C++ places a great deal of emphasis on templates, and features in the template system that are largely intended to allow as much as possible to be done at compile time, so from the viewpoint of the program, they're "static." Template meta-programming allows completely arbitrary computations to be carried out at compile time (I.e., the template system is Turing complete). As such, essentially anything that doesn't depend on input from the user can be computed at compile time, so at runtime it's simply a constant. Input to this can, however, include things like type information, so a great deal of what you'd do via reflection at runtime in C# is normally done at compile time via template metaprogramming in C++. There is definitely a trade-off between runtime speed and versatility though -- what templates can do, they do statically, but they simply can't do everything reflection can.

The differences in language features mean that almost any attempt at comparing the two languages simply by transliterating some C# into C++ (or vice versa) is likely to produce results somewhere between meaningless and misleading (and the same would be true for most other pairs of languages as well). The simple fact is that for anything larger than a couple lines of code or so, almost nobody is at all likely to use the languages the same way (or close enough to the same way) that such a comparison tells you anything about how those languages work in real life.

Virtual Machine

Like almost any reasonably modern VM, Microsoft's for .NET can and will do JIT (aka "dynamic") compilation. This represents a number of trade-offs though. First, almost every VM (including Microsoft's, I believe) attempts to make intelligent decisions about what to compile and what to interpret. It does this by interpreting the code the first few times it's encountered. It profiles how often it's interpreting particular code, and when it exceeds a certain threshold, figures it's likely to execute enough more that it's worth compiling it to gain execution speed. This has an obvious problem: once in a while, it can guess wrong -- you have a lot of code that executes just often enough to trigger compilation, but then never gets used again, you're losing pretty badly: nearly all your execution is via the slow, interpreted path, then you pay the price of compilation, but then you get no benefit from the compilation. In fairness, I should add that this is pretty unusual in normal code, but if you actually want to, it's usually pretty easy to trigger it.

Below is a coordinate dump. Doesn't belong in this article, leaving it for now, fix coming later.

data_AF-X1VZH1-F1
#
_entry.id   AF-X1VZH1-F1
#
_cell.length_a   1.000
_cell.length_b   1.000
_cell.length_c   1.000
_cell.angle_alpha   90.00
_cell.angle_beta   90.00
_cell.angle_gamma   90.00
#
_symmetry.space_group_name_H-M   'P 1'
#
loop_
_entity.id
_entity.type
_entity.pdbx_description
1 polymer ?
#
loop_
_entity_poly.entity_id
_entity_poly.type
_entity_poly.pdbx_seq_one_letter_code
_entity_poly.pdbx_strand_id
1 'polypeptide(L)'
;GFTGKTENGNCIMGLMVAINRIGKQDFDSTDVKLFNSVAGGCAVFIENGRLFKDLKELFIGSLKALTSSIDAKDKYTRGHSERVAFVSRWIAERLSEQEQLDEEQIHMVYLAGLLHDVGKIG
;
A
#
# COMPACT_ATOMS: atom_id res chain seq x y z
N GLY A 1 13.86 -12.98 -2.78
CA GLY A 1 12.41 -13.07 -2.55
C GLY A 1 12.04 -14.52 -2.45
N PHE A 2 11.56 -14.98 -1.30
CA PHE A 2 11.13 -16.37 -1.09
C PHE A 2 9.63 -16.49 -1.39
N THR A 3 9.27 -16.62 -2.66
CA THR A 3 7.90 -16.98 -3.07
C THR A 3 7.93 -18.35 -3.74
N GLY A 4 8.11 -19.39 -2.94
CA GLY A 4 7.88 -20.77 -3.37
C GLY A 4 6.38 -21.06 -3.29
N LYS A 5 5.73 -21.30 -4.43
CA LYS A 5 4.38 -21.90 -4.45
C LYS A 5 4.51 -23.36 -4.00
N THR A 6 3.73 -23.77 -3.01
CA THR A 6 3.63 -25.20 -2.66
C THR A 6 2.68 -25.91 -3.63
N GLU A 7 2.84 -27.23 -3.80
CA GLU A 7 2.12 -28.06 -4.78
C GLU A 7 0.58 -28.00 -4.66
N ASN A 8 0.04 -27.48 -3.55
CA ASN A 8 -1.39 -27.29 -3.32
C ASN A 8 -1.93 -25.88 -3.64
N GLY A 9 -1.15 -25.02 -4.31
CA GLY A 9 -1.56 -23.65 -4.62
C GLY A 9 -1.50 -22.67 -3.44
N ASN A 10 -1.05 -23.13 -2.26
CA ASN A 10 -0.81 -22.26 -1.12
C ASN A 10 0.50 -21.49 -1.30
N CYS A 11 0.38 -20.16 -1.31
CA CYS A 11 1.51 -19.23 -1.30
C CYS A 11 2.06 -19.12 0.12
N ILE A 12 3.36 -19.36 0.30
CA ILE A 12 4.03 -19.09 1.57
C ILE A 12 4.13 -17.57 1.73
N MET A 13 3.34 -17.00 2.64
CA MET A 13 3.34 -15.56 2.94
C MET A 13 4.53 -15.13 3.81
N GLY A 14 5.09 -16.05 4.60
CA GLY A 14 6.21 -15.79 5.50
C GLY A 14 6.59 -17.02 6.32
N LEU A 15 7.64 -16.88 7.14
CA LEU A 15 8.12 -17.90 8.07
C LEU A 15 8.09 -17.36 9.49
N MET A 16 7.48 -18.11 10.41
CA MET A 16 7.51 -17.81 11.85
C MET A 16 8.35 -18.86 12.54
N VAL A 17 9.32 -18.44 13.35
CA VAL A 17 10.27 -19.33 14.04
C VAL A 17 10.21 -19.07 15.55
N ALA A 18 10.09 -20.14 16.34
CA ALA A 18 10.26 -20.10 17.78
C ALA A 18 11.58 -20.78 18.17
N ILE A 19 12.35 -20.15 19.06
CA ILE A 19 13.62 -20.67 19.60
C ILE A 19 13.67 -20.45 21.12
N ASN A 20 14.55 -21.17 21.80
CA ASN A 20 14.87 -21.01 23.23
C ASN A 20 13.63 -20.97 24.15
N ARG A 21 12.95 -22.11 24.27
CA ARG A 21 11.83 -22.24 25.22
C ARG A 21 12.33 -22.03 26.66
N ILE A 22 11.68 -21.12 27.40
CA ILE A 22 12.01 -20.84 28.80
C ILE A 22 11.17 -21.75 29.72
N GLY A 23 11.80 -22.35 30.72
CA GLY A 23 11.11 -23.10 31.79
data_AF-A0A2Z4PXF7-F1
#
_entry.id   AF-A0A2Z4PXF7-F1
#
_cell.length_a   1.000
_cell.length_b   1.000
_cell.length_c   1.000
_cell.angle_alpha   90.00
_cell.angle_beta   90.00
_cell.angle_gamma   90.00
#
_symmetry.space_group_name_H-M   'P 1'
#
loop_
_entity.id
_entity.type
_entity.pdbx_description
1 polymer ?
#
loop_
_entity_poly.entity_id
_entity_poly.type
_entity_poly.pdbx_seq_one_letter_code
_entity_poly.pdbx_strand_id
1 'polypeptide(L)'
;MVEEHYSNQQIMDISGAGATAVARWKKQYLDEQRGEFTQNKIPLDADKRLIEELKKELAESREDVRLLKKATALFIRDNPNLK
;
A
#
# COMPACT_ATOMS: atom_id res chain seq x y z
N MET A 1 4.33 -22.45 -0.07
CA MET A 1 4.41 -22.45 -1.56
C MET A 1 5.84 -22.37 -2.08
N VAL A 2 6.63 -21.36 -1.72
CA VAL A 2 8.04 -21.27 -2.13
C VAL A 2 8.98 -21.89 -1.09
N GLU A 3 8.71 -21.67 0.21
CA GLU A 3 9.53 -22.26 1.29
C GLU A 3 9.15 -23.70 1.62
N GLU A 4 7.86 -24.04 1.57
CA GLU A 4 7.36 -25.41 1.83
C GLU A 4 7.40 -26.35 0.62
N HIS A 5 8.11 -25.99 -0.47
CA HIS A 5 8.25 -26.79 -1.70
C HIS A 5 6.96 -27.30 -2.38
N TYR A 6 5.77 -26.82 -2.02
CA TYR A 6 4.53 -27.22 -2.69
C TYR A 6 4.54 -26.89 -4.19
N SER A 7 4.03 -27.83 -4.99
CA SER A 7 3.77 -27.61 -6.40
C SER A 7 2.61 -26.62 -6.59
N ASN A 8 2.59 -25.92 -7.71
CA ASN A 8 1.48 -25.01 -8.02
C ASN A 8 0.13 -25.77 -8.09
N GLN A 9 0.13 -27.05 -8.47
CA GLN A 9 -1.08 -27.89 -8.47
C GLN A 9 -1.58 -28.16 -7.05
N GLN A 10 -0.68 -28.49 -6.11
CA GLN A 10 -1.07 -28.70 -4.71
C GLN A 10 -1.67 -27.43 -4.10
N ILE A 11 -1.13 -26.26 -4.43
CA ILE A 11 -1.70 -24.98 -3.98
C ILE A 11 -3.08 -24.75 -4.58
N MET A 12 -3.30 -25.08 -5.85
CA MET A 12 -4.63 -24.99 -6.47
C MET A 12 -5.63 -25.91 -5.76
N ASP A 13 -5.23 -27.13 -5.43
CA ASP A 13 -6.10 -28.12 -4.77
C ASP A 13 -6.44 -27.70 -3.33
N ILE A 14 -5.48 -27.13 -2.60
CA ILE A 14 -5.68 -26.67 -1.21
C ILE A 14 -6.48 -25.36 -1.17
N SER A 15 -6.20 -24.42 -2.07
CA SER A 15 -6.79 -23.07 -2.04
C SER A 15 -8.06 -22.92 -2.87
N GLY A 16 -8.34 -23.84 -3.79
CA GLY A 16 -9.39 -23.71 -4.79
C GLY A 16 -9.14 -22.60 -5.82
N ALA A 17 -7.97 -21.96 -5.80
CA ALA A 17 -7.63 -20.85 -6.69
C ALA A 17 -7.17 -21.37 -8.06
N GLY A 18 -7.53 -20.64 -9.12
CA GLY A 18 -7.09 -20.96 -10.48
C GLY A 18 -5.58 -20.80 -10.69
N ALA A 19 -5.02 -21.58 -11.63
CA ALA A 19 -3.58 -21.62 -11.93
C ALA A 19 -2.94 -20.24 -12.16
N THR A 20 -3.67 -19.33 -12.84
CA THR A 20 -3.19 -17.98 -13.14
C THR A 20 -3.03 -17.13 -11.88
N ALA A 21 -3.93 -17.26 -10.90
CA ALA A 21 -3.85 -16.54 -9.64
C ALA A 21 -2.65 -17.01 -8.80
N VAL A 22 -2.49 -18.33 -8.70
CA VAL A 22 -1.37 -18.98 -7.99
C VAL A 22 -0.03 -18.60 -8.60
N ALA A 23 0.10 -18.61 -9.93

Second, optimizing code (like most other optimization problems) is largely an NP-complete problem. For anything but a truly trivial/toy program, you're pretty nearly guaranteed you won't truly "optimize" the result (i.e., you won't find the true optimum) -- the optimizer will simply make the code better than it was previously. Quite a few optimizations that are well known, however, take a substantial amount of time (and, often, memory) to execute. With a JIT compiler, the user is waiting while the compiler runs. Especially when coupled with the first problem (possibility of deriving little or no benefit from compilation), most of the more expensive optimization techniques are ruled out. Static compilation has two advantages: first of all, if it's slow (e.g., building a large system) it's typically carried out on a server, and nobody spends time waiting for it. Second, an executable can be generated once, and used many times by many people. The first minimizes the cost of optimization; the second amortizes the much smaller cost over a much larger number of executions.

As mentioned in the original question (and many other web sites) JIT compilation does have the possibility of greater awareness of the target environment, which should (at least theoretically) offset this advantage. There's no question that this factor does offset at least part of the disadvantage of static compilation. For a few rather specific types of code and target environments, it can even outweigh the advantages of static compilation. At least in my testing and experience, however, this is fairly unusual. Target dependent optimizations mostly seem to either make fairly small differences, or can only be applied (automatically, anyway) to fairly specific types of problems.